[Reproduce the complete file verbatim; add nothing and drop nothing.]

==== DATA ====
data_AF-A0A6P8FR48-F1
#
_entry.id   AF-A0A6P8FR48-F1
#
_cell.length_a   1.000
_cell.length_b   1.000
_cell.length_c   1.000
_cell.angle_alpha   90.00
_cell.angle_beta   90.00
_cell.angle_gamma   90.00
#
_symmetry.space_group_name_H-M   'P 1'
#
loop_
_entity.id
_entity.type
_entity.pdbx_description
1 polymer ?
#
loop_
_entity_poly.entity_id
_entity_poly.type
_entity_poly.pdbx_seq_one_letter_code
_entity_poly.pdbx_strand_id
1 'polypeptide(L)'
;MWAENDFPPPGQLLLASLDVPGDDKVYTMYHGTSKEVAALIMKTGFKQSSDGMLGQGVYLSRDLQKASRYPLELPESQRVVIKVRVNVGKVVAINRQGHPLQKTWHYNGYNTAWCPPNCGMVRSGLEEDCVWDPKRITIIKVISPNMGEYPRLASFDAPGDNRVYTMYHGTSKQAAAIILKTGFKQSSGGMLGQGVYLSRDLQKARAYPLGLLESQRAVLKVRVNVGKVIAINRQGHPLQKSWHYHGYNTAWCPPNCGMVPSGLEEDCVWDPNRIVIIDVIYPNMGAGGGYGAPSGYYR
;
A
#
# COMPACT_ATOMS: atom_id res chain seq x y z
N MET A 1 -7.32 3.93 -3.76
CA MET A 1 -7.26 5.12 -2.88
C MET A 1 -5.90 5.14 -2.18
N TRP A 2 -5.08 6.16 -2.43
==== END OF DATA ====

data_AF-A0A6P8FR48-F1
#
_entry.id   AF-A0A6P8FR48-F1
#
_cell.length_a   1.000
_cell.length_b   1.000
_cell.length_c   1.000
_cell.angle_alpha   90.00
_cell.angle_beta   90.00
_cell.angle_gamma   90.00
#
_symmetry.space_group_name_H-M   'P 1'
#
loop_
_entity.id
_entity.type
_entity.pdbx_description
1 polymer ?
#
loop_
_entity_poly.entity_id
_entity_poly.type
_entity_poly.pdbx_seq_one_letter_code
_entity_poly.pdbx_strand_id
1 'polypeptide(L)'
;MWAENDFPPPGQLLLASLDVPGDDKVYTMYHGTSKEVAALIMKTGFKQSSDGMLGQGVYLSRDLQKASRYPLELPESQRVVIKVRVNVGKVVAINRQGHPLQKTWHYNGYNTAWCPPNCGMVRSGLEEDCVWDPKRITIIKVISPNMGEYPRLASFDAPGDNRVYTMYHGTSKQAAAIILKTGFKQSSGGMLGQGVYLSRDLQKARAYPLGLLESQRAVLKVRVNVGKVIAINRQGHPLQKSWHYHGYNTAWCPPNCGMVPSGLEEDCVWDPNRIVIIDVIYPNMGAGGGYGAPSGYYR
;
A
#
# COMPACT_ATOMS: atom_id res chain seq x y z
N MET A 1 -7.32 3.93 -3.76
CA MET A 1 -7.26 5.12 -2.88
C MET A 1 -5.90 5.14 -2.18
N TRP A 2 -5.08 6.16 -2.43